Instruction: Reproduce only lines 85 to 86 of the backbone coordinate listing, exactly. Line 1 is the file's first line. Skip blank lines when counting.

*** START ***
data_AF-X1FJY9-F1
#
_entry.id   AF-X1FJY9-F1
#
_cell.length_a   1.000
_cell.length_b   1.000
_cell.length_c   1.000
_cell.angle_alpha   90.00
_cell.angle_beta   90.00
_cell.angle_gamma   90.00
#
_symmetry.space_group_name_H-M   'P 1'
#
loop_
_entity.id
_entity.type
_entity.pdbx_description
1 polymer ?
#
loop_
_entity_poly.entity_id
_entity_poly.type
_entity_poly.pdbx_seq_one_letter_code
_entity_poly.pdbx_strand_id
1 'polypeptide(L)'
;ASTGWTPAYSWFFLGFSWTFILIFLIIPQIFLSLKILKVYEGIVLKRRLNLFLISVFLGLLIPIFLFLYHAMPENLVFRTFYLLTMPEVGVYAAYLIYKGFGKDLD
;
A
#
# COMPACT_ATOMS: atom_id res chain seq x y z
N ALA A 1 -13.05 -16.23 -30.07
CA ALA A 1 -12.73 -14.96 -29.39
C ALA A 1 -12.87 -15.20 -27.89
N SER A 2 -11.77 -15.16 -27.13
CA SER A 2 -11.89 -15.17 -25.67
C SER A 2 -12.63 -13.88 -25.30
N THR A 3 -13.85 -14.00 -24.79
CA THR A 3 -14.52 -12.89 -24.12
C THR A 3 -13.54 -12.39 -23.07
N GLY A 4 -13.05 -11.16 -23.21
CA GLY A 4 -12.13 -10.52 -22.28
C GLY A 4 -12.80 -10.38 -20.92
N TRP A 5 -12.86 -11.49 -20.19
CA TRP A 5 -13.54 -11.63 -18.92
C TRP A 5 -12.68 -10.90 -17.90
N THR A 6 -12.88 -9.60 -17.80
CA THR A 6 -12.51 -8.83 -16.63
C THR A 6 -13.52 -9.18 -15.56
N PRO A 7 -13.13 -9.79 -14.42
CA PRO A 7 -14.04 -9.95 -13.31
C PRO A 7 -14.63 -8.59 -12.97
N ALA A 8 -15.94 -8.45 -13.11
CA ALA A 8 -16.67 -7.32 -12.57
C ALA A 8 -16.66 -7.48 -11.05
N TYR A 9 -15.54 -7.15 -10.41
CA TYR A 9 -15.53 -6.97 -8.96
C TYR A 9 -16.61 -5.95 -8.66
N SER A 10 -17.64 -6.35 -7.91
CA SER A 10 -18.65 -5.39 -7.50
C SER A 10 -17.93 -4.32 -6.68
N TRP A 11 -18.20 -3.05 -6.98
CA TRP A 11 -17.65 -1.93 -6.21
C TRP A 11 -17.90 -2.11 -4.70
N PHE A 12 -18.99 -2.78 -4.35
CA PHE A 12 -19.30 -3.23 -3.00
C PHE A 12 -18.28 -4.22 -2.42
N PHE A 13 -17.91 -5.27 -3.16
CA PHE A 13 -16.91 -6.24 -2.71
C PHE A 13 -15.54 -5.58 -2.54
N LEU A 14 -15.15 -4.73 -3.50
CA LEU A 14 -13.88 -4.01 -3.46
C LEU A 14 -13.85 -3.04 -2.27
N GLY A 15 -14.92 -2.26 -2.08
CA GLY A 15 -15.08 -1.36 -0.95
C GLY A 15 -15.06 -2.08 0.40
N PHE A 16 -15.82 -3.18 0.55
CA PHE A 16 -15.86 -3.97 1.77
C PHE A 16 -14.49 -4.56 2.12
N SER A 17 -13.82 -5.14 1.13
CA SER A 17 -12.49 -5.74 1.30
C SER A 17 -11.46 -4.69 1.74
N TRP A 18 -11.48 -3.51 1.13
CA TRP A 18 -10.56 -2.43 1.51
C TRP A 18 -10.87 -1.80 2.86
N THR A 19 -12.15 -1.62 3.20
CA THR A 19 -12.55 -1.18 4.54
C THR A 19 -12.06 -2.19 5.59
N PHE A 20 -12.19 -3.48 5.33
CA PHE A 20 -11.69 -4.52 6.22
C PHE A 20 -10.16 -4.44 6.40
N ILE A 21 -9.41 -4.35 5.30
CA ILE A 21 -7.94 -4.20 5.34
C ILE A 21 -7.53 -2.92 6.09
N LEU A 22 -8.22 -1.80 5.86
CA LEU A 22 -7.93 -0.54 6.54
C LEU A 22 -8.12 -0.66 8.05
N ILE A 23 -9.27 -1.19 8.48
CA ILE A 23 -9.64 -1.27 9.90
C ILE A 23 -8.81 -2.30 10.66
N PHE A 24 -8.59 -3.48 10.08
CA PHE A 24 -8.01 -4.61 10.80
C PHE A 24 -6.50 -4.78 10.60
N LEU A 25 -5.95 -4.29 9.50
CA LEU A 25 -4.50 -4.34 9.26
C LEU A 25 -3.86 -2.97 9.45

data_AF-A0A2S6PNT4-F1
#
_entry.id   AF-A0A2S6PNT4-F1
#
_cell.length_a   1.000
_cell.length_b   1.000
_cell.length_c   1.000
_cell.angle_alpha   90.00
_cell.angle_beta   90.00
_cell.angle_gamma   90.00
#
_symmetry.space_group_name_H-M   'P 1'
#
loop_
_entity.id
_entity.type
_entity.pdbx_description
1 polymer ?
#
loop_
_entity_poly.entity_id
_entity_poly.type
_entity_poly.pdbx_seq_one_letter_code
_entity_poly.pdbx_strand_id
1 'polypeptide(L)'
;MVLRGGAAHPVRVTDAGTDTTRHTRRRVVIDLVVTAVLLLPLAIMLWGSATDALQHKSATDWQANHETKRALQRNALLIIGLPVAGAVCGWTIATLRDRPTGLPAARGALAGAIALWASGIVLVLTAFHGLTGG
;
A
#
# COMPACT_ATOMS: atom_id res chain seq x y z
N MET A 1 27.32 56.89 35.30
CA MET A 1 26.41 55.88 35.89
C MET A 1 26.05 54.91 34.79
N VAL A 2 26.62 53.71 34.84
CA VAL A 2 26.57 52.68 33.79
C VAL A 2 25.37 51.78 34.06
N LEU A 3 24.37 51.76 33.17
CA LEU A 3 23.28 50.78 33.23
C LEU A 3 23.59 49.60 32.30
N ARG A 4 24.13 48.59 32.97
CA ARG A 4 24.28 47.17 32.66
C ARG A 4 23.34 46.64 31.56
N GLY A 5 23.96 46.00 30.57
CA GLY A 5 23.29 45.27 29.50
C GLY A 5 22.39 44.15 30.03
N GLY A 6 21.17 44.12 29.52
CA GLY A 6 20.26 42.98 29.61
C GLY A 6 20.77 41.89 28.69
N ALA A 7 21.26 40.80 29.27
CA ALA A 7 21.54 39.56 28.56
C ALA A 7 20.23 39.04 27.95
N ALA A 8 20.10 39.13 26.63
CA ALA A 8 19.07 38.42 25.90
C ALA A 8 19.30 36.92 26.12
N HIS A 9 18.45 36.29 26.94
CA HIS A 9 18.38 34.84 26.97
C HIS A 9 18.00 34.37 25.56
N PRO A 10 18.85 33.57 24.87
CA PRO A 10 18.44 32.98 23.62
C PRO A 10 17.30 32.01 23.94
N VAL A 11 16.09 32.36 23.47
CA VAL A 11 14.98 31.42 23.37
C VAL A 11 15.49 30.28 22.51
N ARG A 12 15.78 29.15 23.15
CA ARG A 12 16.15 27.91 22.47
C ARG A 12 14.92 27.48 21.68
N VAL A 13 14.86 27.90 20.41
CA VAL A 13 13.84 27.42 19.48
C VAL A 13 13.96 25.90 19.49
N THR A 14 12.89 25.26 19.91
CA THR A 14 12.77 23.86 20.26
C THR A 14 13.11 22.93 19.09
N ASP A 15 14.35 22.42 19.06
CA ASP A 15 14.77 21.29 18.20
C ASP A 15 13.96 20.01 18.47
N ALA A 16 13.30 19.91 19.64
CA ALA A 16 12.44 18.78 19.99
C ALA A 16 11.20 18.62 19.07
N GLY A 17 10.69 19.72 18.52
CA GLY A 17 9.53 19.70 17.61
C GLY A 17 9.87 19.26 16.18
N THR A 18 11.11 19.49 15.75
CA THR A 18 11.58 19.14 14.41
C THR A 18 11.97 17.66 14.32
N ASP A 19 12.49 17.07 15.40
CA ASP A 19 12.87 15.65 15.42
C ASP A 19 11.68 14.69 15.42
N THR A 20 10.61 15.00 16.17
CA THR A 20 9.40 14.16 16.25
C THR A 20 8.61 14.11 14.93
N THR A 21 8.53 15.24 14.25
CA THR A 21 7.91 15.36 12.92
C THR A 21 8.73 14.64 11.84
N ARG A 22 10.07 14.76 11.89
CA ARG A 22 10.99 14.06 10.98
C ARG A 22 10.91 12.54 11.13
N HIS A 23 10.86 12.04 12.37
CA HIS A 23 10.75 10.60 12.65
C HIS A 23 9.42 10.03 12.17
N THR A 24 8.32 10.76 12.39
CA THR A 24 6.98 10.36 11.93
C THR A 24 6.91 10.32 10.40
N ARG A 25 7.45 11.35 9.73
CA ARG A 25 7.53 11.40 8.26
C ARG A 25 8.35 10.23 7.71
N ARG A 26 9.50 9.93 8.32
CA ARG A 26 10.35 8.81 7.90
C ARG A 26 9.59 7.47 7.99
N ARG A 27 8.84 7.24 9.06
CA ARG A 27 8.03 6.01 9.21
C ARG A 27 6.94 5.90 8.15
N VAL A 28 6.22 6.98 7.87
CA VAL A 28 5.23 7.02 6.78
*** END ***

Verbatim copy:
N THR A 19 -12.15 -1.62 3.20
CA THR A 19 -12.55 -1.18 4.54